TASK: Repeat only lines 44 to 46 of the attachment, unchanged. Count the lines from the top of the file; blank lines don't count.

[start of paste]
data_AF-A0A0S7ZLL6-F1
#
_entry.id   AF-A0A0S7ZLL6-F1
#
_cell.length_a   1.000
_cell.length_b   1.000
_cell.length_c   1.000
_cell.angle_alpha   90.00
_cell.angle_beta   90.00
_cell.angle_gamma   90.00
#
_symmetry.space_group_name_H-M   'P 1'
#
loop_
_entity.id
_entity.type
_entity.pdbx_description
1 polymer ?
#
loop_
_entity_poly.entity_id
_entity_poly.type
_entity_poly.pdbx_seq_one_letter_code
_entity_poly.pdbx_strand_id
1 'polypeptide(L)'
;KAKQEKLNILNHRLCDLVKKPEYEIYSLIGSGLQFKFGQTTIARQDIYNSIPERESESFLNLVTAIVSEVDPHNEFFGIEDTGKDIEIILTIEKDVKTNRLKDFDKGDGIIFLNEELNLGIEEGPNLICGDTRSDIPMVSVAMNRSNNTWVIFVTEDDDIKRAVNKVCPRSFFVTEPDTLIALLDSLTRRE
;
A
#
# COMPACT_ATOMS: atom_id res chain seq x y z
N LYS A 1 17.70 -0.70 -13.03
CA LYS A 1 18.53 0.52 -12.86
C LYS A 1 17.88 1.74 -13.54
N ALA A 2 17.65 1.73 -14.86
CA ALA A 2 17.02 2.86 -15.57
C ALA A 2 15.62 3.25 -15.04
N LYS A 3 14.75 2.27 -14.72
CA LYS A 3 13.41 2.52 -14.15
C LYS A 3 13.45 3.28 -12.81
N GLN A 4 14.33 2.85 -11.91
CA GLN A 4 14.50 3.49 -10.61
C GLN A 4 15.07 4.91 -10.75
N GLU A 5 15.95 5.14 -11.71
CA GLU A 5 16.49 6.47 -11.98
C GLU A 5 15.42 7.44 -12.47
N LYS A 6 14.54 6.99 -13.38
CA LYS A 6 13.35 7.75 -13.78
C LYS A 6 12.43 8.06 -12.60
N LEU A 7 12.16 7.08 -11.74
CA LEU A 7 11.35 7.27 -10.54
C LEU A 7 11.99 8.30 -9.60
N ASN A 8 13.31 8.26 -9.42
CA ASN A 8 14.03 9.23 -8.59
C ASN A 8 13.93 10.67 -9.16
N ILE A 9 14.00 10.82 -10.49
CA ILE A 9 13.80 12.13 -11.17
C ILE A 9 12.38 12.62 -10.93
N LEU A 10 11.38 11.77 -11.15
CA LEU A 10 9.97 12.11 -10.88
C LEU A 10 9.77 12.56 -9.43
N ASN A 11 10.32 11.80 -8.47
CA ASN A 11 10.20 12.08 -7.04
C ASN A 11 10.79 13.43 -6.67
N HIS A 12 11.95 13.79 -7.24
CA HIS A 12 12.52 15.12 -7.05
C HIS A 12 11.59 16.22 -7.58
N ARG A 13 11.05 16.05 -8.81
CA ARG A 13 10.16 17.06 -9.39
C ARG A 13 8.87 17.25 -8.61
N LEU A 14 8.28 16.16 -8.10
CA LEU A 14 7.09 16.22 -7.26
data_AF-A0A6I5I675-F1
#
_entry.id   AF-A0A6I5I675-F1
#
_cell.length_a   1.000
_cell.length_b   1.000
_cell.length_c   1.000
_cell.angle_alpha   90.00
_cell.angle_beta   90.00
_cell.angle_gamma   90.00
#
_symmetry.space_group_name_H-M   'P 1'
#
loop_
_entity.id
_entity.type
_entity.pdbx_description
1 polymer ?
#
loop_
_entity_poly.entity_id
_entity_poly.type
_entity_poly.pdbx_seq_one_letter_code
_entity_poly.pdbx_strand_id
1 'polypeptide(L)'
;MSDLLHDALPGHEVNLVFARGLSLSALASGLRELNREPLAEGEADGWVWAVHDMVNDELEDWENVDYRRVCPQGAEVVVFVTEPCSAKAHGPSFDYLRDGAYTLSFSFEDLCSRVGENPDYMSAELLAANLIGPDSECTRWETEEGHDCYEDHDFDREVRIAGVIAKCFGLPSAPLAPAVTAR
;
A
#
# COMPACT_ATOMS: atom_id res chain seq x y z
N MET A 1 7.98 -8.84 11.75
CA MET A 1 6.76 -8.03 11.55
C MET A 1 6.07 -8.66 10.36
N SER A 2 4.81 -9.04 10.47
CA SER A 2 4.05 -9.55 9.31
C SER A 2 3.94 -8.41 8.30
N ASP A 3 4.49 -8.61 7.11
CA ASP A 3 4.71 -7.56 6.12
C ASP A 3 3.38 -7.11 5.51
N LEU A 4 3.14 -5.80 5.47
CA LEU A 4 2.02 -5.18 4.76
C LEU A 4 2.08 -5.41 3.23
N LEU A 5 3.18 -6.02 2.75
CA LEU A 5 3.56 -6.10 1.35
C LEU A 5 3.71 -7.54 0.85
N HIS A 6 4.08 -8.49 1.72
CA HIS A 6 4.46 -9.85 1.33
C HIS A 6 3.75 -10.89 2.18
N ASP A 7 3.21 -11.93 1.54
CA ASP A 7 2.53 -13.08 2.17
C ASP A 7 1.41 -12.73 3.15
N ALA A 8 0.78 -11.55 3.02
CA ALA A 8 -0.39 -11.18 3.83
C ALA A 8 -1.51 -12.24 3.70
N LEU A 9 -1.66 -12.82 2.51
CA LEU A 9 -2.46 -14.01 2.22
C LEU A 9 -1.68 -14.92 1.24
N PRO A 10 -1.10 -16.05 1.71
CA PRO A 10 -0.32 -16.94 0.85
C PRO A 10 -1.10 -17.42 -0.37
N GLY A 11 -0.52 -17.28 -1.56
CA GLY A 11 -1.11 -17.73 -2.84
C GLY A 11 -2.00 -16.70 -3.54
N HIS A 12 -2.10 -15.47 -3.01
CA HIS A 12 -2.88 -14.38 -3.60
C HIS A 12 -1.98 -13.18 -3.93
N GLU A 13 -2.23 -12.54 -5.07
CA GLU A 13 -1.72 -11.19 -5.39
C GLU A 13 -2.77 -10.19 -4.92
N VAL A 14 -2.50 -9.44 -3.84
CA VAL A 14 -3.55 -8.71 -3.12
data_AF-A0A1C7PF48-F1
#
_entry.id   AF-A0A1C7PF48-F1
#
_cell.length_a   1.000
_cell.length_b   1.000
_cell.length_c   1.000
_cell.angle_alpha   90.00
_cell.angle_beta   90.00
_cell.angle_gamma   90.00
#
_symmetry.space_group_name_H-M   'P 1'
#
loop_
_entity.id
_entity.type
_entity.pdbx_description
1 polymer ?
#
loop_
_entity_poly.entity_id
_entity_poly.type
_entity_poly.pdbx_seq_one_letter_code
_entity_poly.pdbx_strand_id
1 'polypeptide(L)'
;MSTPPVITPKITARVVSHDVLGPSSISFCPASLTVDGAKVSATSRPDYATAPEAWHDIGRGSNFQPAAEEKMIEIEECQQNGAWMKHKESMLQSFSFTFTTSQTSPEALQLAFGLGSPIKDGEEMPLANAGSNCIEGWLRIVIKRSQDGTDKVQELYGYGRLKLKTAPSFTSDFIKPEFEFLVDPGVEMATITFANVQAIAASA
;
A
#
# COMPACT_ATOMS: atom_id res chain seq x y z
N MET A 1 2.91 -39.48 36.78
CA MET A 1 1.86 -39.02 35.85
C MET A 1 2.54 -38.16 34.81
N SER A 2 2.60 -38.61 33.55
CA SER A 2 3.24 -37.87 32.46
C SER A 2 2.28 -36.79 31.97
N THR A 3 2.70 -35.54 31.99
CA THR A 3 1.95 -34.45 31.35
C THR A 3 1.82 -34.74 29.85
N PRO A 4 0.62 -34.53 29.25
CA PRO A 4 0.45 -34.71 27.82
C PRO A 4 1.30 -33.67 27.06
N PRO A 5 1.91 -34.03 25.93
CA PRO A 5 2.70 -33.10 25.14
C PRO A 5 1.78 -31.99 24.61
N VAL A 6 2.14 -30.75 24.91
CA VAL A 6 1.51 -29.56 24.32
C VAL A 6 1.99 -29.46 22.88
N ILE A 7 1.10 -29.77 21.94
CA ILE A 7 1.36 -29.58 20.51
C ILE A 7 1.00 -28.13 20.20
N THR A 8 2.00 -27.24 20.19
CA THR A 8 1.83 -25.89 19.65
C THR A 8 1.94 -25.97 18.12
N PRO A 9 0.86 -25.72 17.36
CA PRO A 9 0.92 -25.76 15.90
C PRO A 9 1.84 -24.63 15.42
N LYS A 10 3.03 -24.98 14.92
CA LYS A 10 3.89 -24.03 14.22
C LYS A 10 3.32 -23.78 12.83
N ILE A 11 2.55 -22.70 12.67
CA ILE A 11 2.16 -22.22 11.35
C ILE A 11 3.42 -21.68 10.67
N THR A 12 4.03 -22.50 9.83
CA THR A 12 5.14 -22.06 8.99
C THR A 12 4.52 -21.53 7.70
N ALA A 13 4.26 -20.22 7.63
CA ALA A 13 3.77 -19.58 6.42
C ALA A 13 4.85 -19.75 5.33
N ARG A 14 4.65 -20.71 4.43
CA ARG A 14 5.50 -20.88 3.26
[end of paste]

CA GLU A 5 16.49 6.47 -11.98
C GLU A 5 15.42 7.44 -12.47
N LYS A 6 14.54 6.99 -13.38